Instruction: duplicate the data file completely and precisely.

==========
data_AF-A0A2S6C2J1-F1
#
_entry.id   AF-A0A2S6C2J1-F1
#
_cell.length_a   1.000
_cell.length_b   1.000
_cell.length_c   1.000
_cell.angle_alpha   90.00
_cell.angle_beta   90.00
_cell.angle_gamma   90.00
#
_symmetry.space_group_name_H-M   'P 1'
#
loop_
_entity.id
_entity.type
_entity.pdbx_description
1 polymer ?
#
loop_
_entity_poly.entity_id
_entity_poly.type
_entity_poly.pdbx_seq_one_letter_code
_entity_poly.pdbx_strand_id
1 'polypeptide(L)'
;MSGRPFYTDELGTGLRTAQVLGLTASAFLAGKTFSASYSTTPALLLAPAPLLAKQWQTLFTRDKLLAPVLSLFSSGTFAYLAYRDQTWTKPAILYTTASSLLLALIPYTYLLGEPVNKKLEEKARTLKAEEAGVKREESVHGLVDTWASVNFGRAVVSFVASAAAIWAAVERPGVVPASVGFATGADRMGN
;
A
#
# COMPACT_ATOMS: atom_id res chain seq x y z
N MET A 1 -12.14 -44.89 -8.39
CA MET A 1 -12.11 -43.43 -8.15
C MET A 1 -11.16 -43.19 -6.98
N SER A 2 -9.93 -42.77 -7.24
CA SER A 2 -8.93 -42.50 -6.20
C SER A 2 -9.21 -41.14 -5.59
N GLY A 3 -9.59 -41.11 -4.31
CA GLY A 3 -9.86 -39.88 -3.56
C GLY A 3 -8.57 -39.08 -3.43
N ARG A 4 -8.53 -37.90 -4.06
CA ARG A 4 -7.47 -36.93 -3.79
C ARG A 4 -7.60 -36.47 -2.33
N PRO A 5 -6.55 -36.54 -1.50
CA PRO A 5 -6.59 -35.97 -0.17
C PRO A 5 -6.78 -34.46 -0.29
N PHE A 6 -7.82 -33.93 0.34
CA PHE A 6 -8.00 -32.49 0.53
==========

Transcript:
data_AF-A0A2S6C2J1-F1
#
_entry.id   AF-A0A2S6C2J1-F1
#
_cell.length_a   1.000
_cell.length_b   1.000
_cell.length_c   1.000
_cell.angle_alpha   90.00
_cell.angle_beta   90.00
_cell.angle_gamma   90.00
#
_symmetry.space_group_name_H-M   'P 1'
#
loop_
_entity.id
_entity.type
_entity.pdbx_description
1 polymer ?
#
loop_
_entity_poly.entity_id
_entity_poly.type
_entity_poly.pdbx_seq_one_letter_code
_entity_poly.pdbx_strand_id
1 'polypeptide(L)'
;MSGRPFYTDELGTGLRTAQVLGLTASAFLAGKTFSASYSTTPALLLAPAPLLAKQWQTLFTRDKLLAPVLSLFSSGTFAYLAYRDQTWTKPAILYTTASSLLLALIPYTYLLGEPVNKKLEEKARTLKAEEAGVKREESVHGLVDTWASVNFGRAVVSFVASAAAIWAAVERPGVVPASVGFATGADRMGN
;
A
#
# COMPACT_ATOMS: atom_id res chain seq x y z
N MET A 1 -12.14 -44.89 -8.39
CA MET A 1 -12.11 -43.43 -8.15
C MET A 1 -11.16 -43.19 -6.98
N SER A 2 -9.93 -42.77 -7.24
CA SER A 2 -8.93 -42.50 -6.20
C SER A 2 -9.21 -41.14 -5.59
N GLY A 3 -9.59 -41.11 -4.31
CA GLY A 3 -9.86 -39.88 -3.56
C GLY A 3 -8.57 -39.08 -3.43
N ARG A 4 -8.53 -37.90 -4.06
CA ARG A 4 -7.47 -36.93 -3.79
C ARG A 4 -7.60 -36.47 -2.33
N PRO A 5 -6.55 -36.54 -1.50
CA PRO A 5 -6.59 -35.97 -0.17
C PRO A 5 -6.78 -34.46 -0.29
N PHE A 6 -7.82 -33.93 0.34
CA PHE A 6 -8.00 -32.49 0.53